November 28, 2016 | JOHN RAY
Think about the difference between a store-bought strawberry in January and one
that’s fresh off the vine in May. There’s simply no comparison. Even in our drive
thru-loving world, there are some things we can’t have on demand, 24/7/365.
Neither can we live our lives expecting to grow and change, to learn and serve,
in a monotonous rhythm of sameness. We need seasonality and variety, regular
cyclical emphases as reminders and ways to dwell deeply and practice faithfully.
The Christian seasons of Advent and Christmas help us do just this.
Christmas actually begins on Christmas Eve and lasts for the following twelve days.
Advent is a season of preparation for Christmas that reflects the longing of the
Jews for a Messiah. Christians are reminded of how much we also
need a Savior as we remember Jesus’ first coming and renew our
longing for His next and final coming.
“Advent” comes from the Latin word adventus, which means “coming” or “visit.” As we set aside and celebrate the season with this name, Christ-mas, we recognize and dwell deeply in both “advents” of Christ: the first in Bethlehem and the second yet to come. Advent offers us an opportunity to faithfully embrace the three elements of Christian practices of time: eschatological, which means time is linear and moving in a specific direction with a specific purpose; cyclical (not that history repeats itself, but that as Mark Twain famously said, “it often rhymes”); and seasonal.
As we reorient our expectations and affection, our actions and attitudes about Advent, the hope is to make more room, experience more peace, share more love and celebrate with deeper joy our risen and living Savior!
Next Chavurah Meeting is December 4
Christ the King Anglican Church worship, 5 p.m. @ 2828 Crossover in Fayetteville
This will be followed by a potluck afterward, so bring a dish to share.
There are practices that help us reorient our hearts toward Christ and each other.
Having warm, fuzzy feelings and good intentions will never be enough to withstand the onslaught of commercialism, the demands of our circumstances or the weakness of our flesh as we seek to faithfully follow Jesus and be continually transformed into His image, especially at this time of year. It takes intentional, communal and Holy Spirit-infused practices such as these. Will you commit to make them part of your Advent and Christmas celebrations this year?
Repentance Yeah, I know this sound like the Grinch wrote it, but Christmas isn’t only for celebration and revelry; we’ll get to that. It starts, like all legitimate expressions of thanksgiving, worship, and celebration, with repentance. With remembering the reason why we need a savior in the first place, the reason why God chose to go to such extraordinary extremes to redeem and reconcile, to fulfill and make manifest His salvation. If we don’t get this, we miss the whole thing. Make time during Advent to sit with the reality of what our lives would be without God, of the mess we have made of this world that God yet redeems.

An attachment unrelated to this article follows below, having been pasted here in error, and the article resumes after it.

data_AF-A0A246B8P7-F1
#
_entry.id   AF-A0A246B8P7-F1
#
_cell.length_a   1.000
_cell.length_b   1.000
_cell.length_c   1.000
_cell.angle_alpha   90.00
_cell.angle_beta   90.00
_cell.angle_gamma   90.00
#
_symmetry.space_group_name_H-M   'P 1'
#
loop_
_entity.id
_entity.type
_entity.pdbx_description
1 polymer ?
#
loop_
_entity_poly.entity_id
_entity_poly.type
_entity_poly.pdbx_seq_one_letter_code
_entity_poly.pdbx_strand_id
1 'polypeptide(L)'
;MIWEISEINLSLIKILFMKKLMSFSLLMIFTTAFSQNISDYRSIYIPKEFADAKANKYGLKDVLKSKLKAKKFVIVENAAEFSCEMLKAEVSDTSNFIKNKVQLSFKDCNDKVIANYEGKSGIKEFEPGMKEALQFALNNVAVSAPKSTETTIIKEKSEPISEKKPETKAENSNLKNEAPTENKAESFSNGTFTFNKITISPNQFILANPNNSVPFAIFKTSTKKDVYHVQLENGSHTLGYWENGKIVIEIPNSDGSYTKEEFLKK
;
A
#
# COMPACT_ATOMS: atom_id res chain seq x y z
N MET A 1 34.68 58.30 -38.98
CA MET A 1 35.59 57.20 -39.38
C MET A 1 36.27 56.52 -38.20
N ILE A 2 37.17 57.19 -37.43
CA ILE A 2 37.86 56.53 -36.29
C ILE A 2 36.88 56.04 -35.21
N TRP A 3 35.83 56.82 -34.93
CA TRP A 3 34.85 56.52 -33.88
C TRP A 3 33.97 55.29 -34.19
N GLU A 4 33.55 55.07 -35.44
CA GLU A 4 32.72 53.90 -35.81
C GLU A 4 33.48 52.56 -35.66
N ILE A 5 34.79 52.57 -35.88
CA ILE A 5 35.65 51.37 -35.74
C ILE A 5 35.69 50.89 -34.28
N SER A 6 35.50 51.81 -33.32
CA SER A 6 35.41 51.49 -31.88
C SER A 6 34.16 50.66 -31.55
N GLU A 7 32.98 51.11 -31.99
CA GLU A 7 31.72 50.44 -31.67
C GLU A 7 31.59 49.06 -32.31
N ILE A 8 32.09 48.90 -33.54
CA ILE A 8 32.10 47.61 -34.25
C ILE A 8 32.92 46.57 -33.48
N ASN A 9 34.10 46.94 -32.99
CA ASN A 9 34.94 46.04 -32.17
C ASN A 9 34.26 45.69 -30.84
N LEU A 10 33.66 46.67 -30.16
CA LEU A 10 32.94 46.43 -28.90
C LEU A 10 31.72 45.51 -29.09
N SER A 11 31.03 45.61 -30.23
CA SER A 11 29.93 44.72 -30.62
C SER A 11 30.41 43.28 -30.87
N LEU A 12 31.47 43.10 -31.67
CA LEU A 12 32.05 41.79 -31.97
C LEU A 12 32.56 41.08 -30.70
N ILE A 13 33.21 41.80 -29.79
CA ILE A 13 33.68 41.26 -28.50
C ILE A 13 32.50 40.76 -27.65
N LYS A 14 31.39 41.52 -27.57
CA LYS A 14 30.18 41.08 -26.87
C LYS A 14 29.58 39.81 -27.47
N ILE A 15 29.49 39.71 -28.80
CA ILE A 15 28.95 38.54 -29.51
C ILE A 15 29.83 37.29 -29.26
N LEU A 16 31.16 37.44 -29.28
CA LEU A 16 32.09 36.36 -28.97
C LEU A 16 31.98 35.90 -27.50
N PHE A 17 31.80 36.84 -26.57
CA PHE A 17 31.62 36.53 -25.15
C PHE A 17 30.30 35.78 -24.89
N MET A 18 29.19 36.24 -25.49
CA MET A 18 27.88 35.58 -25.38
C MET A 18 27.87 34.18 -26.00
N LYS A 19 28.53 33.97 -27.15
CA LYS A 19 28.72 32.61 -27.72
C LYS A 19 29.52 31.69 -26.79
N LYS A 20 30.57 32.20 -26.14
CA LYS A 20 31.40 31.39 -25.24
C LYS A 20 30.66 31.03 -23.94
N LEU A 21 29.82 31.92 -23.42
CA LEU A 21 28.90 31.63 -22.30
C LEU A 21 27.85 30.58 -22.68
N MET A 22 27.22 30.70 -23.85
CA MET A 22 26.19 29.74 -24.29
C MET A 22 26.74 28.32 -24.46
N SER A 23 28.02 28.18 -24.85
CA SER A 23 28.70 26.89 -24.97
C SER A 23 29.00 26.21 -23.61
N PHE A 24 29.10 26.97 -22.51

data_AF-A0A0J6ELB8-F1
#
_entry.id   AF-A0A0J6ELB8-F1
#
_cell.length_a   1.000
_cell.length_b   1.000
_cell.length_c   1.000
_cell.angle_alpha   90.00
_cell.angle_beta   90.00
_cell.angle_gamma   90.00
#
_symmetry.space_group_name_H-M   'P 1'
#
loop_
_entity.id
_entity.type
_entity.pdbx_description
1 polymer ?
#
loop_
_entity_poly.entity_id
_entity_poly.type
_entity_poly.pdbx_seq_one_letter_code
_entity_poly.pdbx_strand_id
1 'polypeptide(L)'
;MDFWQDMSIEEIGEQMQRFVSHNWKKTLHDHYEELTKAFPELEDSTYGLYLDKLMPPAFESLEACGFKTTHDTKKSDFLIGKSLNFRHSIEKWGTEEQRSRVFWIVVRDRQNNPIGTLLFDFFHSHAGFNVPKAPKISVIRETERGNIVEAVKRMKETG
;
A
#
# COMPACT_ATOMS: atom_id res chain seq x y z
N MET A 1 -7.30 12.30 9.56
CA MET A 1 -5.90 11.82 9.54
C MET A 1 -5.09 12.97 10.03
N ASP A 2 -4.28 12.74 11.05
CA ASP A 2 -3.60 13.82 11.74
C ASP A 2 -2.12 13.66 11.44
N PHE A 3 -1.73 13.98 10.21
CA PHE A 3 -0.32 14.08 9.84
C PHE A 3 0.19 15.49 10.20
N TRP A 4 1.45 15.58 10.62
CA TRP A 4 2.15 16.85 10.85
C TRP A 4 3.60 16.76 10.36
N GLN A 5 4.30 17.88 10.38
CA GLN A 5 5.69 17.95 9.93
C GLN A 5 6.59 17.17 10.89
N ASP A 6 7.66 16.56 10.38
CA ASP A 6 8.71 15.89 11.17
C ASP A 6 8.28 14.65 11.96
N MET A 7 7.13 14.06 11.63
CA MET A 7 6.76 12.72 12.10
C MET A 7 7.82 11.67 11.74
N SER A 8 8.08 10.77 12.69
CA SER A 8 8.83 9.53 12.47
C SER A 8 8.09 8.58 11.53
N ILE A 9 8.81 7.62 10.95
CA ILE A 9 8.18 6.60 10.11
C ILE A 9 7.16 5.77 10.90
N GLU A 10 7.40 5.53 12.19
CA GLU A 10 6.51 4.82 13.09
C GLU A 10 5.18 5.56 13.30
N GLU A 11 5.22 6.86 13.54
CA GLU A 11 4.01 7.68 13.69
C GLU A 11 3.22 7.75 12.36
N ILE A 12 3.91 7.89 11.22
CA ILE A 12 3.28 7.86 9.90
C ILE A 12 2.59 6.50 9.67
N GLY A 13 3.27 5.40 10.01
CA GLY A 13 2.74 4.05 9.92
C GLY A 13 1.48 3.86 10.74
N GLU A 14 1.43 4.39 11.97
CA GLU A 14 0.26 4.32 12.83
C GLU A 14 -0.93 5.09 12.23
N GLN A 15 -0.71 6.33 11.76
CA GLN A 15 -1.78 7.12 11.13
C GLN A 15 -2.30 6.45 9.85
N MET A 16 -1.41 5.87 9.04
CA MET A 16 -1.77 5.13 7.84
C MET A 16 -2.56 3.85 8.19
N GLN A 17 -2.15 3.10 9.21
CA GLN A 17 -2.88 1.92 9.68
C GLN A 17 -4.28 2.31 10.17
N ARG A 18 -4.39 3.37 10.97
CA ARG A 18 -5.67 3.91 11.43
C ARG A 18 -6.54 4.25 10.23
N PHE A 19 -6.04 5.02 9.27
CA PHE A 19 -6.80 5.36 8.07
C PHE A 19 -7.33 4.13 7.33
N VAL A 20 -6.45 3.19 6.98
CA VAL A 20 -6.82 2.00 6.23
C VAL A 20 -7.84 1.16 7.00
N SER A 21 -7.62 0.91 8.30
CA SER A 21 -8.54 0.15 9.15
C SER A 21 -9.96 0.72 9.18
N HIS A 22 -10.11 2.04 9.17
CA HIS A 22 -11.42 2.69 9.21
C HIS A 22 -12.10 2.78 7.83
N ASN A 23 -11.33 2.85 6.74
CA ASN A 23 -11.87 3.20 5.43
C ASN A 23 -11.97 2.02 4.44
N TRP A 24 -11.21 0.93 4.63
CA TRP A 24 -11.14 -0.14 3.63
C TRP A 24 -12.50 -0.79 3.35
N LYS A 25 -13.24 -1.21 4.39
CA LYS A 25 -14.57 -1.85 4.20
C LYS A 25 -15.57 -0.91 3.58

Rest If suggesting repentance sounds like the Grinch, suggesting rest sounds like a lunatic's raving’s. Many things about this season may demand significant time and emotional energy, but we don’t do ourselves or anyone else any good by burning out. So practice your daily disciplines, your Sabbath rhythms. Resist the cultural call to Do More! Buy More! Go More! Fight back with purposeful times of rest. Imagine getting to the end of Advent refreshed and recharged.
Worship and Celebration Two things go along with repentance and rest to help accomplish the goal of experiencing a life-giving Advent season: worship and celebration. If we are not intentional about making these the “reasons for the season,” we will spend much more time in the mall, shopping online or worrying over decorations and driving than actually worshipping the One who came and celebrating what His coming means. Make these times a priority, or something else will take their place.
Giving and Receiving While this may seem contrary to everything written above, giving and receiving gifts can be profoundly spiritual acts when done in the right spirit. Giving helps us express appreciation and reflect on what others mean to us and how grateful we are for them. Humbly receiving reflects our need for others and helps make room for grace, so give and receive with humility, thoughtfulness and grace as part of your Advent and Christmas practice.
As you reflect on the above practices, also use this week to catch up on any readings or disciplines from previous weeks.
Resources to facilitate your Advent practices
Reflect (click to read)
“The World As It Is (An Advent Poem),” Brian Zahnd
“What We Get Wrong About Advent,” Relevant
Prayer for the week: God of hope, who brought love into this world, be the love that dwells between us. God of hope, who brought peace into this world, be the peace that dwells between us. God of hope, who brought joy into this world, be the joy that dwells between us. God of hope, the rock we stand upon, be the centre, the focus of our lives always, and particularly this Advent time. Amen.